I now find myself fantasizing about what my life would be like if I was well rested. I would probably be happier and better looking. My skin would be radiant, my hair would be super shiny, and I would have boundless energy. People would stop and ask where I get all of my pep, rather than asking if I am anemic and recommending that I get my iron levels checked. To me, sleep is a one-size fits all solution to all of life’s problems. Who knew that a move to the islands would deprive me of this?

So until I overcome this psychological barrier to sleeping in while it’s sunny out, all I can do is pray to the weather gods for some rain or, even better, a tropical storm for the weekend. Saturday is only a few days away and, fingers crossed, let’s hope it’s a wet one!

Moving your Car to the V.I.

Moving your Car to the V.I.

An Abridged Guide to Slowly Going Mad via Caribbean Red Tape

Decided it’s time to abandon mainland life and head to the Caribbean? Best of luck to you. Think you’d also like to bring along your trusty mode of transport? Read this first.

1. If in addition to your car, you wish to transport personal goods to the island, fill your trunk until it’s questionable as to whether it will close.

But perhaps you’re moving to an island to simplify…

2. Drop your vehicle at Tropical Shipping somewhere in Florida.

3. Once rock-side, wait for a call to inform that your car is here but waiting for a Customs inspection. You’ll ask when to expect this, and your question will be politely ignored. They will call when it’s complete.

4. Two days later with call received, it’s time to go to Tropical Shipping. While you may expect to leave behind the wheel of your vehicle, in reality you’ll wait another four to twenty-four hours. What you will actually pick up is your Bill of Lading (BoL) and an incorrect list of instructions for the treasure hunt needed to reclaim your car. You intend to mention the mistake upon return, but by then, you’ll have lost the will.

5. To further proceed, your car must be insured. Few people purchase comprehensive coverage because for an “island vehicle” it’s not worth the money.

6. Next, per your instructions, go to the VI Revenue Bureau. After standing in line for 15 minutes, the lady behind the plastic window will mouth, “Road tax at inspections,” to which you will reply, “What?” and she will again whisper, “Road tax at the inspection lane.”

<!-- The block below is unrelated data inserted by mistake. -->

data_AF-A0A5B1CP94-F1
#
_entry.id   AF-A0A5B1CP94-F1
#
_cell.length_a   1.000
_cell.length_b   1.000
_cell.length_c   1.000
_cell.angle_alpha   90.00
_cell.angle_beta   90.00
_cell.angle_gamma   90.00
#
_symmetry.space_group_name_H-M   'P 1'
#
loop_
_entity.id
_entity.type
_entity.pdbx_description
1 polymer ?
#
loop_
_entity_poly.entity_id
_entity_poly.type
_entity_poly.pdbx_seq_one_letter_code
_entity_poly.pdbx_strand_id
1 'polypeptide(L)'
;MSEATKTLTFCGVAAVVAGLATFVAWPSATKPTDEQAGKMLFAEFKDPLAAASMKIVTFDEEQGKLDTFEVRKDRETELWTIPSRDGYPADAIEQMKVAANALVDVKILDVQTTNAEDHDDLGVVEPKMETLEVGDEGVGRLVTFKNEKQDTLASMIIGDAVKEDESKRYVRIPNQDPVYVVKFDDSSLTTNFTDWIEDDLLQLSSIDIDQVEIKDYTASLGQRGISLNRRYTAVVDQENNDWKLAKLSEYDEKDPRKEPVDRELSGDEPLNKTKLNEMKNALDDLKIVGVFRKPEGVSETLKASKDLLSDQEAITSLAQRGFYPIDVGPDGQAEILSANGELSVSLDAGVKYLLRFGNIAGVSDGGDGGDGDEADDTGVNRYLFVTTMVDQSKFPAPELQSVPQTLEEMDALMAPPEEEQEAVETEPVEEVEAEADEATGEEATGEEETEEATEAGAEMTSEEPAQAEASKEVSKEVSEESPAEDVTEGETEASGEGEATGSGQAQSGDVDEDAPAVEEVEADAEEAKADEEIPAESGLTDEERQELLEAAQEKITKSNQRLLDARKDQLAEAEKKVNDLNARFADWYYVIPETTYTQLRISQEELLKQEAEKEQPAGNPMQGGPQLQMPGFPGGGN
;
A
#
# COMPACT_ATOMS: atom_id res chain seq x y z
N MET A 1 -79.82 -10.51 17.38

7. Since it’s on the way, you might as well stop by the Excise Tax station behind the junior high school that looks abandoned but isn’t. Here an old woman will appear to be sleeping, chin on chest. Upon realizing you’ve entered the office, she’ll look at you with contempt in her glazed eyes and grunt something in your general direction. Tell her you’re here to take care of the excise tax for your car, and hand over your BoL. “No excise,” she’ll say with hostility. Your paper will be stamped, and you’re dismissed.


Empty Road. Car Soon Come.

8. The inspection lane, where you supposedly pay road tax, is at the Bureau of Motor Vehicles (BMV). However, the inspection lane is NOT where you presently need to go. You actually must go inside the BMV. You will probably enter the first door where many will be assembled in a long, narrow corridor. You’ll observe multiple windows with multiple purposes, none that seem to be yours. Look perplexed for several minutes until a skinny youth wearing his weight in gold graciously shares that road tax is paid next door. Later, you will discover that he’s a professional who navigates the process for hire.

9. Next door is a spacious room with far fewer people and windows. Road tax is paid at the furthest one from the door. After sliding your growing pile of documents under the ubiquitous plastic window, the clerk will turn up the radio and sing along. Then she will charge you sixteen cents per pound of your vehicle.

10. Take a short trip to the next window for the $5 permit required to move your car from Tropical Shipping to the BMV. You may expect to receive said permit at this window. You would be wrong. In order to retrieve the $5 permit to move your car one-half mile, it’s necessary to return to the other BMV office, the one you mistakenly entered in the first place.